After much speculation, Coca-Cola has officially denied that they have any intention of getting in on the cannabis industry.
At least, for now.
Rumors circulated that they would soon be producing CBD-infused beverages. Last week, the company officially commented, with spokesperson Kent Landers squashing those rumors. The idea started after the release of a YouTube video featuring a man (who goes by the username “Gabor the Blind Guy”) with a can of Coke which he claimed contained CBD.
The beverage giant may not have immediate plans to get in on the cannabis industry. However, the fact that everyone thought they might is an indication of just how much the tide is turning. After all, it is true that the company was originally in talks with Aurora last year about the possibility of a partnership.
Here are a few major brands that have jumped on the wagon and expressed their interest in the booming industry.
Ben & Jerry’s
While there are a number of major companies which have dipped their toes in the water, Ben & Jerry’s has not been at all shy about expressing their interest and enthusiasm in cannabis.
In an official statement on their website, the company has said that they’re 100% game to start rolling out CBD-infused ice cream “as soon as it’s legalized at the federal level”. CEO Matthew McCarthy has stated that “we’re doing this for our fans. We’ve listened and brought them everything from Non-Dairy indulgences to on-the-go portions with our Pint Slices. We aspire to love our fans more than they love us and we want to give them what they’re looking for in a Ben & Jerry’s way”.
The company even has tentative plans in place for how they would carry it out. This includes using “sustainably-sourced CBD” from their home state of Vermont.
Perhaps the biggest move to come from a major brand so far has been Altria. Last year the British tobacco giant best known for making Marlboro cigarettes invested $2.4 billion in Cronos Group. The move bought Altria a 45% stake in the company, and places them perfectly in a growing market as cigarette smoking continues to decline. It also allowed them to appoint up to four members on the Board of Directors.
The investment was important not only due to the large figure. It also marked the entry of big tobacco into the world of cannabis. This is something that a number of individuals have expressed a great deal of concern with in the past. In October of this year, Bernie Sanders announced that, if elected, his administration would legalize cannabis – but ban tobacco companies from having any part in it.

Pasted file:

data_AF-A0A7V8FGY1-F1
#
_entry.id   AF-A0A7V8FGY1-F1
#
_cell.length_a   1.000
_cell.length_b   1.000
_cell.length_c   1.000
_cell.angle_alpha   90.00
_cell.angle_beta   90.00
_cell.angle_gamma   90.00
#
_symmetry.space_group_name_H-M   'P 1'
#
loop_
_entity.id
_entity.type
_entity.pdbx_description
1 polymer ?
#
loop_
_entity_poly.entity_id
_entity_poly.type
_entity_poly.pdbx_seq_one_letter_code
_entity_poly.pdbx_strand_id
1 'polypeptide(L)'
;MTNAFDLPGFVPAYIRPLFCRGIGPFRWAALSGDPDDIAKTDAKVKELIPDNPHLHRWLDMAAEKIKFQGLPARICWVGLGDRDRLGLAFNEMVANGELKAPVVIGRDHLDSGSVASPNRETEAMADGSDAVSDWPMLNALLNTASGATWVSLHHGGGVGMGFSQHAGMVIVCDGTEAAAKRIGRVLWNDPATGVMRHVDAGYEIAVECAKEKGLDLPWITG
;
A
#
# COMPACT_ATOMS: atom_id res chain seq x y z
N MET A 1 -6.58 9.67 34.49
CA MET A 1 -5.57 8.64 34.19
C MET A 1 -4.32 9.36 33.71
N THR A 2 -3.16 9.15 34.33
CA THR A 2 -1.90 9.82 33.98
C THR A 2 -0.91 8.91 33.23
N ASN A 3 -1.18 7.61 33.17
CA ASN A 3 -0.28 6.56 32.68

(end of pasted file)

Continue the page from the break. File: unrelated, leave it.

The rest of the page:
Constellation Brands made their first move into cannabis back in 2017 with a $190 million investment in Canopy Growth. The beverage giant was one of the first to move toward the industry. The investment got them an almost 10 percent stake in the world’s largest cannabis company. They went on to acquire a 38% stake in August of last year with another investment of $5 billion.
In a statement following the announcement, then-Chairman Bruce Linton said that “Constellation’s concentration of global cannabis activities exclusively through Canopy, coupled with the investment and its expert capabilities in brand-building, marketing, consumer insights and M&A will be a huge benefit as we look to expand our portfolio in Canada, the United States and emerging cannabis markets around the globe.”
The fact that Constellation is one of the largest producers of alcoholic beverages in the world is significant. The cannabis-infused beverage sector is expected to be one of the fastest growing in the industry.
The red-hot infused beverage market has even attracted major brands like Heineken. In 2018, Lagunitis (a California beer brand of which Heineken is the parent company) launched Hi-Fi Hops, a THC-infused, zero calorie drink. The product comes in both a 10 mg and a 5 mg variety, and was released exclusively in California dispensaries.
Hi-Fi Hops is the result of a collaboration between Lagunitis and cannabis manufacturer AbsoluteXtracts. In speaking about the new venture, CEO Maria Stipp said that “the idea of being a part of a no-calorie beverage infused with cannabis seemed like a perfect next step in our product innovation, and a natural way to marry our past with our future”.
Much of the recent coverage surrounding the cannabis industry has been in food and beverages. This is especially with the legalization of edibles in Canada.
The beauty of cannabis is that it is diverse enough to encourage involvement from a number of different industries. Recognizing the growth potential early on, gardening giant Scotts Miracle-Gro launched Hawthorne Gadening as a subsidiary in 2014. As one of the first investments by a major US company into the world of cannabis, Hawthorne is now a major distributor of hydroponic and other equipment in North America for growers and cultivators.
As an equipment supplier, Hawthorne is technically part of the ancillary market rather than the plant-touching sector. Generally speaking, this is seen as far less risky by many companies. Cannabis is still technically a Schedule 1 drug in the US, and any direct contact with it requires a considerable amount of tact. In addition to the risk factor, companies have been forced to work around a number of hurdles. These include restricted access to banking and an inability to claim tax deductions.
When asked during a 2018 interview with Marijuana Business Daily whether or not Hawthorne would ever venture into the plant-touching sector, general manager Chris Hagedorn said that “we have our research facility that we’re in the process of building up in Canada. Outside of that, I think it’s probably a bridge too far at this point. But the legal landscape is changing so fast that I would never want to rule anything out. I have no idea how things are going to look in five years.”